Ever since legislation calling for consolidating the University of South Florida System was unveiled in mid-January, officials from the St. Petersburg community have raised serious objections.
The bill, sponsored by Estero Republican Ray Rodrigues (HB 423), would make USF St. Petersburg and USF Sarasota-Manatee operate separately from the main campus in Tampa under its own accreditation. USFSP received accreditation in 2006 and USFSM followed suit in 2011, creating the USF System.
As the bill was introduced in the House Education Committee Tuesday afternoon, two Pinellas lawmakers introduced amendments that would improve the fate of USFSP.
St. Petersburg Democrat Ben Diamond‘s amendment was the more dramatic measure, effectively putting consolidation efforts on hold for another year.
It would appoint a study committee, comprised of students, faculty members and administrators from all three USF campuses, as well as members of the business community, to study consolidation of the separate campuses. They would then write a report and submit it to the Legislature before the 2019 session begins.
“My concern with what we’re doing … is that there hasn’t been the community discussion in Pinellas County yet as to this consolidation,” Diamond said. “I’m concerned that we’re rushing into this before we have a chance to hear from our community.”
Diamond then read off a host of local groups he said were extremely concerned about consolidation, namely the Pinellas County Commission, the St. Petersburg Chamber of Commerce and the Pinellas County Economic Development Agency.
The St. Petersburg Democrat said he personally had several questions he believed needed additional vetting: What are the admission standards at each university? How will consolidation affect the curriculum? How is the governance structure changed if they are not separately accredited institutions?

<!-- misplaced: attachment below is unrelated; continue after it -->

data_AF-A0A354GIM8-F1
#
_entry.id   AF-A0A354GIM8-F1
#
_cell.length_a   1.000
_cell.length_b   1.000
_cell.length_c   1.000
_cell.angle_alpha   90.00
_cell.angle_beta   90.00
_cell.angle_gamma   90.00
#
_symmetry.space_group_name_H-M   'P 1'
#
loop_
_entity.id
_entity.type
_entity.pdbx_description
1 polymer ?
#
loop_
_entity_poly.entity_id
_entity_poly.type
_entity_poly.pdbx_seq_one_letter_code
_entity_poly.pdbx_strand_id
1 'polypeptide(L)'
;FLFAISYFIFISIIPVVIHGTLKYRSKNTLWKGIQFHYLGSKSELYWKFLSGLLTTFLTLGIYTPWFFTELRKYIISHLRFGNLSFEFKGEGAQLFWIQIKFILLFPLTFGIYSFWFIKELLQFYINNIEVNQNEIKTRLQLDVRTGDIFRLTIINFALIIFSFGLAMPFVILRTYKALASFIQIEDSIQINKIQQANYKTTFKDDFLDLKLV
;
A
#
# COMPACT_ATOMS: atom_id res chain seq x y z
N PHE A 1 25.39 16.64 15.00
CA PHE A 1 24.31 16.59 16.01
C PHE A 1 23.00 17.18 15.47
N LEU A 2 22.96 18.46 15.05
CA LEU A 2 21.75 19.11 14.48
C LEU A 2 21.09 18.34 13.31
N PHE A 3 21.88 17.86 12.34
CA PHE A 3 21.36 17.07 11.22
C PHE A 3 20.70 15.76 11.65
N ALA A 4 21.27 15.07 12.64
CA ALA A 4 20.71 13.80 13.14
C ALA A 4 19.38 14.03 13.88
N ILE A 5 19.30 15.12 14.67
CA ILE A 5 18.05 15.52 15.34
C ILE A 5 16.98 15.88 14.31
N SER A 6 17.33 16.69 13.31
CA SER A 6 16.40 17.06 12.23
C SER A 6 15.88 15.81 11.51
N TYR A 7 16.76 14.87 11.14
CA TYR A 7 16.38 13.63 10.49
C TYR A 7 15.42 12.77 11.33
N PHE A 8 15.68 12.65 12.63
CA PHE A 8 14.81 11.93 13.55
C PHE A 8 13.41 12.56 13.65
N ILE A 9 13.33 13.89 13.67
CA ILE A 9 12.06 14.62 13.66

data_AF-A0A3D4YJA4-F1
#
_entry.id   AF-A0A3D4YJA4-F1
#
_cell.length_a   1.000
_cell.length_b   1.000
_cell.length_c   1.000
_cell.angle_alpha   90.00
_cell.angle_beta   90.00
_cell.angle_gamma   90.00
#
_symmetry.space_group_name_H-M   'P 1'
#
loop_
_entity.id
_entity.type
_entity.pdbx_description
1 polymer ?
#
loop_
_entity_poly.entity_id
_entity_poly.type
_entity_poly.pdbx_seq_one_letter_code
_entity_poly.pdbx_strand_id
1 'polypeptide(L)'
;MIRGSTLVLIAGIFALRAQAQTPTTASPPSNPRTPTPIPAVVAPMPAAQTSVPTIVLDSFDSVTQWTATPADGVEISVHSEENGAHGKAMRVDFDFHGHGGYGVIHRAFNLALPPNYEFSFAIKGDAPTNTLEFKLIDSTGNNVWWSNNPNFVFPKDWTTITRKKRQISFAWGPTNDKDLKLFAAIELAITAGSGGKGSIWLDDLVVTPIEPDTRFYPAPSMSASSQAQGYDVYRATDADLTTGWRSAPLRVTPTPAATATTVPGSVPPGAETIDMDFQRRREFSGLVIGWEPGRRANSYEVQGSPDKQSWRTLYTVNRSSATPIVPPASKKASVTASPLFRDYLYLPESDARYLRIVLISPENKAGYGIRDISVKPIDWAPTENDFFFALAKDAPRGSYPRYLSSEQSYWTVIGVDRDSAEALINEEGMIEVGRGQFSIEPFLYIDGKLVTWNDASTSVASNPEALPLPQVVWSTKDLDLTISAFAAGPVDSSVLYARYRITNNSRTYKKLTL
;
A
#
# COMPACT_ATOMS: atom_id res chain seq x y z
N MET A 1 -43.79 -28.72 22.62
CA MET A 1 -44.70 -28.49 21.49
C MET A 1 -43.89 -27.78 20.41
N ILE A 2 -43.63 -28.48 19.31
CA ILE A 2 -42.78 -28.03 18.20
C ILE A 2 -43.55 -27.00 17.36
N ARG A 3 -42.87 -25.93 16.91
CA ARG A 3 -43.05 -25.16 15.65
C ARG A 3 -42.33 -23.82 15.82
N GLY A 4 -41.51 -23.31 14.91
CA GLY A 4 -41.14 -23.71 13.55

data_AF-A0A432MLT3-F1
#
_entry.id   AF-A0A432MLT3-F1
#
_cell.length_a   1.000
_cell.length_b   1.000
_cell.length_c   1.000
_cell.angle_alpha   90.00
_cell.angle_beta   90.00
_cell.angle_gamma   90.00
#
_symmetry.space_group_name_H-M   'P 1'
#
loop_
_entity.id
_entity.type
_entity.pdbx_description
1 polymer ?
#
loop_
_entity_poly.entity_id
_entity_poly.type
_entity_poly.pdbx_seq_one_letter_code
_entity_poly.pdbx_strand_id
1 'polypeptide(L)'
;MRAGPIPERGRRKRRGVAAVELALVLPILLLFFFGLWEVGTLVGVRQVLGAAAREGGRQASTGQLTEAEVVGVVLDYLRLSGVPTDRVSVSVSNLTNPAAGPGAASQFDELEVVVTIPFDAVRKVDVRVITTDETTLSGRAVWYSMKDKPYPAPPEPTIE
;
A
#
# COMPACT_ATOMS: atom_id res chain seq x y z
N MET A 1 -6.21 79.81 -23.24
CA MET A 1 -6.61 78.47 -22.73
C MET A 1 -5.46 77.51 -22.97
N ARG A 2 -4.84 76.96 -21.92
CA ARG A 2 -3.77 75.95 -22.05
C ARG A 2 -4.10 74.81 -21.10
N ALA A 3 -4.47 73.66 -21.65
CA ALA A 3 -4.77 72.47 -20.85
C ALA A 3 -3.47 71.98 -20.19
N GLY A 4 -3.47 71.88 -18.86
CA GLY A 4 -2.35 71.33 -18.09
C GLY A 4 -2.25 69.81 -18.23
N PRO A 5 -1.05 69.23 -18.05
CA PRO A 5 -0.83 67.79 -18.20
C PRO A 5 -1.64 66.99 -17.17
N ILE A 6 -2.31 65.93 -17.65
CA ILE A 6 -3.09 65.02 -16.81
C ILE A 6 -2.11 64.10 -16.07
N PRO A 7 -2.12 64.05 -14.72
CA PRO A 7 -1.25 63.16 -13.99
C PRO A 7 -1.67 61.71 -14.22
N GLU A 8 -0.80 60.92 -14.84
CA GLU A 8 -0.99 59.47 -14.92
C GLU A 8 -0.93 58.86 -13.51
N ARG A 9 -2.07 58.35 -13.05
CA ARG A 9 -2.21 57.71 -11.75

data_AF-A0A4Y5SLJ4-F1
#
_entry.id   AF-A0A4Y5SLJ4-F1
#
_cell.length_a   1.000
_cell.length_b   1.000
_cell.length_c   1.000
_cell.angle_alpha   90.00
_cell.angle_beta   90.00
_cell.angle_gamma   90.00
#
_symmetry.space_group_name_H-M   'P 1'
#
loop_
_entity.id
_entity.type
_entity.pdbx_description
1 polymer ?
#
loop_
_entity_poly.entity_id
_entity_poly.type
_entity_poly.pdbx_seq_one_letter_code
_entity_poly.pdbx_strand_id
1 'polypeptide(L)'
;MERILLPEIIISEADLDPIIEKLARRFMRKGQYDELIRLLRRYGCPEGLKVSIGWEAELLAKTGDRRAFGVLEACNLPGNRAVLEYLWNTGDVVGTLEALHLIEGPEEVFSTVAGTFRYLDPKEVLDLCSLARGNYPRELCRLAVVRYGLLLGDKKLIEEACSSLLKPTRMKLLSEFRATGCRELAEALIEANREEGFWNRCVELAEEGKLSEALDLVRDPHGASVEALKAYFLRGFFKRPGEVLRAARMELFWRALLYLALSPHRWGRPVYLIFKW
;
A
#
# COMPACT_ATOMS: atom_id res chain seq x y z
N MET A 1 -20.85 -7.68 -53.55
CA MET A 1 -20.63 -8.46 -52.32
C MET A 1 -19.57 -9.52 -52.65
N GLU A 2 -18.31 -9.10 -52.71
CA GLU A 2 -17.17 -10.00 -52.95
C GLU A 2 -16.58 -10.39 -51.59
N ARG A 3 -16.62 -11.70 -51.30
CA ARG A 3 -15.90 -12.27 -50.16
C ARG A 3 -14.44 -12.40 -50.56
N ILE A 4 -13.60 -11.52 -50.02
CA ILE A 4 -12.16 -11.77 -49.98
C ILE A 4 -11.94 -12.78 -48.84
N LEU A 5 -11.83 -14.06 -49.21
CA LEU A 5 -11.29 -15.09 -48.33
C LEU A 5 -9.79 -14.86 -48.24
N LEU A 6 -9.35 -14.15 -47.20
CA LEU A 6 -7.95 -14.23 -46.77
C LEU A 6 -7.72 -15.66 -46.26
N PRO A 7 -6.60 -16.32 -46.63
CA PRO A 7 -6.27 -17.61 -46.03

But Rodrigues rejected his gambit, saying he believed that USF Tampa was on the verge of making “preeminence,” the state designation that rewards Florida’s top universities with millions of dollars. Such a delay would prevent Manatee-Sarasota and USFSP from enjoying the bounties of that achievement.
“All students that get a degree that says USF will be benefitting from that preeminence,” Rodrigues told the committee. “If we delay, then the money that is going to come to the University of South Florida would be invested in Tampa, because those would be the only students that have contributed to the metrics that have made them preeminent.”
Rodrigues added that USF System President Judy Genshaft and the state’s Board of Governors support his bill.
While the Diamond amendment went down to defeat (with Pinellas Republicans Chris Latvala and Larry Ahern voting no), Rodrigues did encourage the committee to back Ahern’s amendment that would make USFSP and USFSM official USF campuses and not universities by 2020.
It also requires the USF board of trustees to publish a “biennial regional impact report,” which would get into the specifics of how USF is funding programs across its three counties.
That accountability report will also have to include statistics about research and infrastructure, student access to new degree programs and any changes in how students are performing and enrolling, among other things.
Newly elected Sarasota County Democrat Margaret Good asked what the harm was in delaying the implementation of the consolidation for another year to allow for a study to be conducted.
Rodrigues stuck to his previously declared bottom line: USF was approaching preeminence, and it’d be a shame if the St. Petersburg and Sarasota-Manatee universities couldn’t share in the money that comes with that distinction.